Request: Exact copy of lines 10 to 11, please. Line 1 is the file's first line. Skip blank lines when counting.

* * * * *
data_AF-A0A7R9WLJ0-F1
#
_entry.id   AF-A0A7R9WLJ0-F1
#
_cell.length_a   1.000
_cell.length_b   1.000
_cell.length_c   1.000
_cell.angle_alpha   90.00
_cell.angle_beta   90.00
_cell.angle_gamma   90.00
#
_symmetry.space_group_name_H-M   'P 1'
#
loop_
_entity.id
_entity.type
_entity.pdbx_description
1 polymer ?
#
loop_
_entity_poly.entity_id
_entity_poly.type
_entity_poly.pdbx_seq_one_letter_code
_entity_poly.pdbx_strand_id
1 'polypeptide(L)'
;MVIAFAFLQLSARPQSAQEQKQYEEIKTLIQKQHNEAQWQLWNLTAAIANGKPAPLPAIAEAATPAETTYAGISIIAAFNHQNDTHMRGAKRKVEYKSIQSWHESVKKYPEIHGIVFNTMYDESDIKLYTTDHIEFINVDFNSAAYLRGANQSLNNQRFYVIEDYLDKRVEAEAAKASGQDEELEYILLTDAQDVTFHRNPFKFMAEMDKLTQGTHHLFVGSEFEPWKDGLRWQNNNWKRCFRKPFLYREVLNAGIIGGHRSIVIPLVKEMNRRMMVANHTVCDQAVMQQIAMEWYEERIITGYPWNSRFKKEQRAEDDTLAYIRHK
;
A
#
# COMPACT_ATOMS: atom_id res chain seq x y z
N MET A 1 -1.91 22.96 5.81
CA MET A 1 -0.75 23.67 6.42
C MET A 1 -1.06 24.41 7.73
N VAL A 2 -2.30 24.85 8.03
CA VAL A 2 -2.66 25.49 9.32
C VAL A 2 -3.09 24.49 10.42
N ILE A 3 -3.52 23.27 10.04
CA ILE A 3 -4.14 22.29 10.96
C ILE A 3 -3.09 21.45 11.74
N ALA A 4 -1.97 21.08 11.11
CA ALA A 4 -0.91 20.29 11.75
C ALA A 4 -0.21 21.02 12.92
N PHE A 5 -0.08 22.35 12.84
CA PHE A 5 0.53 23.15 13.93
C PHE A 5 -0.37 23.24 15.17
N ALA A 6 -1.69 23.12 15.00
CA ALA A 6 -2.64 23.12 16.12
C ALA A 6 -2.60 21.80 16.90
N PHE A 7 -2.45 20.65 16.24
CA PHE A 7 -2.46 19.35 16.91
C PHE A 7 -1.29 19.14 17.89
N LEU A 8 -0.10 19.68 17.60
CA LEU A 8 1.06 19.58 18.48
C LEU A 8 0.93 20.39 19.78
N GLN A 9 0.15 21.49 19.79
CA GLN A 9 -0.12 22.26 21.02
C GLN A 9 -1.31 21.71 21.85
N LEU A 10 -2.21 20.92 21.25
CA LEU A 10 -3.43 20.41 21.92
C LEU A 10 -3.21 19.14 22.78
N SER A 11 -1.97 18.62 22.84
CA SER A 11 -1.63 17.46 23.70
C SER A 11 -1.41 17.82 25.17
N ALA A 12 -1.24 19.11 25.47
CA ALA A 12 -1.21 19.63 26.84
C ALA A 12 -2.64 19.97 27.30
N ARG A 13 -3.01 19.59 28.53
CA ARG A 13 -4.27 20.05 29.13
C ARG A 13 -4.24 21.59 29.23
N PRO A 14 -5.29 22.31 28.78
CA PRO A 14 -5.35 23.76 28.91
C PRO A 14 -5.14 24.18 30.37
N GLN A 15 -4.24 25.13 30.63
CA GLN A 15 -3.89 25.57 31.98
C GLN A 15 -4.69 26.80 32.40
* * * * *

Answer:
_cell.angle_gamma   90.00
#